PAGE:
My grandmother used to make these intricate woven birds for my Christmas tree when I was a child. It just takes some ribbon--no glue, or tape, or anything else--to create these beautiful woven bird ornaments for your own Christmas tree.
Welcome to Day 6 of the Fourth Annual 12 Days of Christmas Series!
We have teamed up with 50 plus bloggers to bring you oodles of DIY ideas and recipes to make your holiday season merrier. There are 12 different posts in the series and we have spread them out over a four week period with three posts per week. Now is the time to subscribe!
GO HERE for the complete list of Dates and Topics plus a collection of most popular holiday ideas including ornaments, games, recipes and more from all 50 plus talented bloggers!
It's Day 6 and we are sharing DIY Ornament Ideas!
Woven Bird Christmas Ornament Tutorial
I was a little girl (maybe four or so?) when my grandmother gave me a box full of beautiful, colorful, woven ribbon birds to decorate my Christmas tree. I had my very own little Christmas tree, and I was just starting my collection of ornaments.
This is one of the actual ribbon birds she made for me. I still have about a dozen. My grandma Berta died when I was 10 years old, and I always regretted that I had never asked her to teach me how to make these gorgeous ribbon birds.
The first Christmas I was home from college, I was alone with nothing to do, and I saw the ribbon birds on my Christmas tree, and I decided to reverse-engineer them. It took a good while, but I figured it out! I've made these pretty ribbon birds many times over the past 20+ years, including a set for each of my own daughters' Christmas trees.
This is a tutorial much better suited to video than to still photos, but I've taken a few photos of key steps. You'll get the most value from watching the video at the top of the page to learn how to make these woven birds.
The material is classic wide curling ribbon. Sadly, this is getting harder and harder to find these days. I did find a few varieties at my local dollar store, and I did find some on Amazon. But it's not in most party stores and Targets and such any more. These birds can be made out of strips of paper, but regular satin ribbon tends to fray too much to be suitable for this craft. You need something papery/plasticy that doesn't fray when cut.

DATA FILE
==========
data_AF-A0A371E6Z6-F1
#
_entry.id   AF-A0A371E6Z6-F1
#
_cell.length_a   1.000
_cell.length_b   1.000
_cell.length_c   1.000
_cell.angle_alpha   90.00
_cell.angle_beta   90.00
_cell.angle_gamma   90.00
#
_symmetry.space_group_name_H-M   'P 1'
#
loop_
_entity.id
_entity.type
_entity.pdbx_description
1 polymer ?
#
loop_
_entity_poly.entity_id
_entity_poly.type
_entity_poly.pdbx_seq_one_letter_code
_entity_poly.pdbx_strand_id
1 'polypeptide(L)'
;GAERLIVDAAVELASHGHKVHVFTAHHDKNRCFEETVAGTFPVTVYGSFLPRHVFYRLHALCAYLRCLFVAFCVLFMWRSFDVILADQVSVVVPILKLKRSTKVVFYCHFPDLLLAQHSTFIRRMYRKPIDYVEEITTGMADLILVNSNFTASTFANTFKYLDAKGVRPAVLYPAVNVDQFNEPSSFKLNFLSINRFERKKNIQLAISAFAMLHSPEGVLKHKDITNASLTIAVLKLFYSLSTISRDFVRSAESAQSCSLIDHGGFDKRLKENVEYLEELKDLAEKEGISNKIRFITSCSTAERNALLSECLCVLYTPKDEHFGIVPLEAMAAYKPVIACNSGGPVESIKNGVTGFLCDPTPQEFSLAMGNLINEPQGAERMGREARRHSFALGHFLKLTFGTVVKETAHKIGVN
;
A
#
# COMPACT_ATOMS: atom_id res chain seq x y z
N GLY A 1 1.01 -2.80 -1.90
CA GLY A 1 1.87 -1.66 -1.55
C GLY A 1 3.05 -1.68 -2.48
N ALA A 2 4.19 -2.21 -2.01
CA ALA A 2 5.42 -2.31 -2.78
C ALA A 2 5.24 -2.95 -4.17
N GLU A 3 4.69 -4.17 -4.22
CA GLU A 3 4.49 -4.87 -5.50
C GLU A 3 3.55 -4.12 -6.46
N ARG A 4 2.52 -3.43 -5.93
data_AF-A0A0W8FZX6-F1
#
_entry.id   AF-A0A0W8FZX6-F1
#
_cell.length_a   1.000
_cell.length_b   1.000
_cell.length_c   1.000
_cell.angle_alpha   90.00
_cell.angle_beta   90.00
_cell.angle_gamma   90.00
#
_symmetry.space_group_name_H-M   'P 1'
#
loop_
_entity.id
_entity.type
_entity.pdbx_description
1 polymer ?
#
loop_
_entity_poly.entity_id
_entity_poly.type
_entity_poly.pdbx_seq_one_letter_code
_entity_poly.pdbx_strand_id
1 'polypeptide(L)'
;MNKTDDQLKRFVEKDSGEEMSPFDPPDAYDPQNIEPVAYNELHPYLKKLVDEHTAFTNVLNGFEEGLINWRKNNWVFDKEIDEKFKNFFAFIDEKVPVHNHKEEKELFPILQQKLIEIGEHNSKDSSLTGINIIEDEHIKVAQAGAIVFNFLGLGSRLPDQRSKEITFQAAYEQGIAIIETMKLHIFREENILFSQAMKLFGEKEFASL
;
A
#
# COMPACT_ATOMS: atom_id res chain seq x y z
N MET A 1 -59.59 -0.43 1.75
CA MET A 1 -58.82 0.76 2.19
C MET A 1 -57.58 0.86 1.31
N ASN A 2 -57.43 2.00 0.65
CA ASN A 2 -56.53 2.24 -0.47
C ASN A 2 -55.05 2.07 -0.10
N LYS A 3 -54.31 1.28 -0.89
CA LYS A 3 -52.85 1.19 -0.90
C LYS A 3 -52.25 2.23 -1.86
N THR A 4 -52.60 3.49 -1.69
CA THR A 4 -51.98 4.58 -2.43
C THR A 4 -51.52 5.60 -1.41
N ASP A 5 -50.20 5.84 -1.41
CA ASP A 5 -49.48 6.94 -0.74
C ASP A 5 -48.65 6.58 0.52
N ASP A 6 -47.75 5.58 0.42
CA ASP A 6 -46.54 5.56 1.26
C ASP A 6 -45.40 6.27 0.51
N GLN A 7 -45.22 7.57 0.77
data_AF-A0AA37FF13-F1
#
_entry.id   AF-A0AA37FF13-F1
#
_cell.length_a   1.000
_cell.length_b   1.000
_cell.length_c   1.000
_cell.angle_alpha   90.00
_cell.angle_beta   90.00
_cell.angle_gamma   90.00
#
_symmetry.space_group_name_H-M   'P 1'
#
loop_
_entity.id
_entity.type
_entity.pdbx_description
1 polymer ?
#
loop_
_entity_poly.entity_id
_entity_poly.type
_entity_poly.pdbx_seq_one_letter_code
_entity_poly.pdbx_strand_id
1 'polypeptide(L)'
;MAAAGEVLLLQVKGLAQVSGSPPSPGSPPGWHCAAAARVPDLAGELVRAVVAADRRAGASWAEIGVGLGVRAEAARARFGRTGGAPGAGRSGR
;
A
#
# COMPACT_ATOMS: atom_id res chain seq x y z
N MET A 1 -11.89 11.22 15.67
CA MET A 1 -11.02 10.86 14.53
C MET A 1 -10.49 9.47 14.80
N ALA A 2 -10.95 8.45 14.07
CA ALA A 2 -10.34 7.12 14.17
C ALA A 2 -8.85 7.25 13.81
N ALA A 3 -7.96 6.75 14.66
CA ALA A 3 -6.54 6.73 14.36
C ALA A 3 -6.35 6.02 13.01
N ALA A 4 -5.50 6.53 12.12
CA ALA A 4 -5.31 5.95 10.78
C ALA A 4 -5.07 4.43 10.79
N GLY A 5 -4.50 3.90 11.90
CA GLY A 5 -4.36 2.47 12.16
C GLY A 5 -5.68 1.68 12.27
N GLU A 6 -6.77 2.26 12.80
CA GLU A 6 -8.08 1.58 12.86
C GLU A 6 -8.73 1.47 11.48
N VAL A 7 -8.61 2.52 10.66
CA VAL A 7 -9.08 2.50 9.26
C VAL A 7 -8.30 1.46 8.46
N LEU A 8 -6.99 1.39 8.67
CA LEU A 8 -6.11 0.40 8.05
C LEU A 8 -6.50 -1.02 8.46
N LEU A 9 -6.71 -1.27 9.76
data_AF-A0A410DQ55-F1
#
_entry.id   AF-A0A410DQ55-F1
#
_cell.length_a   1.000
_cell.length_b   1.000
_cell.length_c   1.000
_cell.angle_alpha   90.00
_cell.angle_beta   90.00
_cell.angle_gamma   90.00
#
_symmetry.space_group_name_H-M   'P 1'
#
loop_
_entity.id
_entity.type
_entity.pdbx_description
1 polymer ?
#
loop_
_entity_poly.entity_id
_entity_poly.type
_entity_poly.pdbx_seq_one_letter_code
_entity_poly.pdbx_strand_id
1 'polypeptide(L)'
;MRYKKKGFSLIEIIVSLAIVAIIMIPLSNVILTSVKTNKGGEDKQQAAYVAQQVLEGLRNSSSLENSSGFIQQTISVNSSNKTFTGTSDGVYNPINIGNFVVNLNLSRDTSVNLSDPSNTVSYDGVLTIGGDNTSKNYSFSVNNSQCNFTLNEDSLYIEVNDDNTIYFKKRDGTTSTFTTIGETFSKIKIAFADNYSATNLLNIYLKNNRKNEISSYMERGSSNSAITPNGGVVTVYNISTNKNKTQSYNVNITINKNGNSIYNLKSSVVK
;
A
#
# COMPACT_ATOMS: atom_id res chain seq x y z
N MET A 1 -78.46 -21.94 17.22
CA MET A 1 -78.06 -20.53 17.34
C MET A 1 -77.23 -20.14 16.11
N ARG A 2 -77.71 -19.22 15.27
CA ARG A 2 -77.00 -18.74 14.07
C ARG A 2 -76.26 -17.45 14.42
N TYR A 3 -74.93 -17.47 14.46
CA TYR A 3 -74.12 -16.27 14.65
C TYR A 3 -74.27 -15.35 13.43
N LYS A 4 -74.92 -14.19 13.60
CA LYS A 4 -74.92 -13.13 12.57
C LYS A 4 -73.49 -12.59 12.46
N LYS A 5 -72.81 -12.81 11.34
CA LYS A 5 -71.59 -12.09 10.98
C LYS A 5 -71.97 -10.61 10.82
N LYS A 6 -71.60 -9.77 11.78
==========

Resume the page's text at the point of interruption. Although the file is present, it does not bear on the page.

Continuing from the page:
Cut two equal lengths of ribbon between 12" and 18" long. Split the ribbon in four equal parts; split all but the last few inches of ribbon. The un-split ribbon will become the wings of the bird.
Bend the top two strips of the ribbon over at a 90 degree angle. Weave those top two strands through the bottom two strands on that split ribbon. Do the same with the other side, EXCEPT on one you need to start by going over-under, and on the other, you need to start by going under-over.
Bring the two ribbons together, and connect them by weaving. Under, over, under, over. That's the theme for the rest of the tutorial. Just keep weaving. It doesn't matter what step in the process you are, if the last thing that strand did was under, the next thing it does is over. Trust the process. It works.
And this is where I tell you to go watch the video because seriously, I have no idea how to describe what to do in a way that will make any sense without watching me do it.
But they're pretty, right? One time, when I was working for Weekend Edition Sunday at NPR, we were just hanging around after the show. It was more exciting when we were live on Sunday mornings for the east coast feed, but after that, it was just on repeats for the rest of the time zones. But we still had to hang around in case there was any breaking news we'd have to cover.
I was hanging out in one of the editing booths, and there was a huge spool of reel-to-reel tape on the floor. (Yep, NPR works on such a tight budget that we still worked with razor blades and magnetic tape and reel-to-reel players in the late 90s!). I gathered up some of that tape trash, and wove one of these birds out of it. One of the Morning Edition staffers found it and had it perched on top of their cubicle the next time I went by. And it was still there a few years later when I stopped by for a visit! I wonder if that little tape bird is still somewhere in the NPR headquarters?
My grandmother was a wonderfully creative, crafty person. I inherited her proclivity to create and her fondness for miniatures.
I think she'd be happy to see her creations still lovingly set on the Christmas tree each year, and me teaching my friends and children how to make her beautiful woven ribbon birds.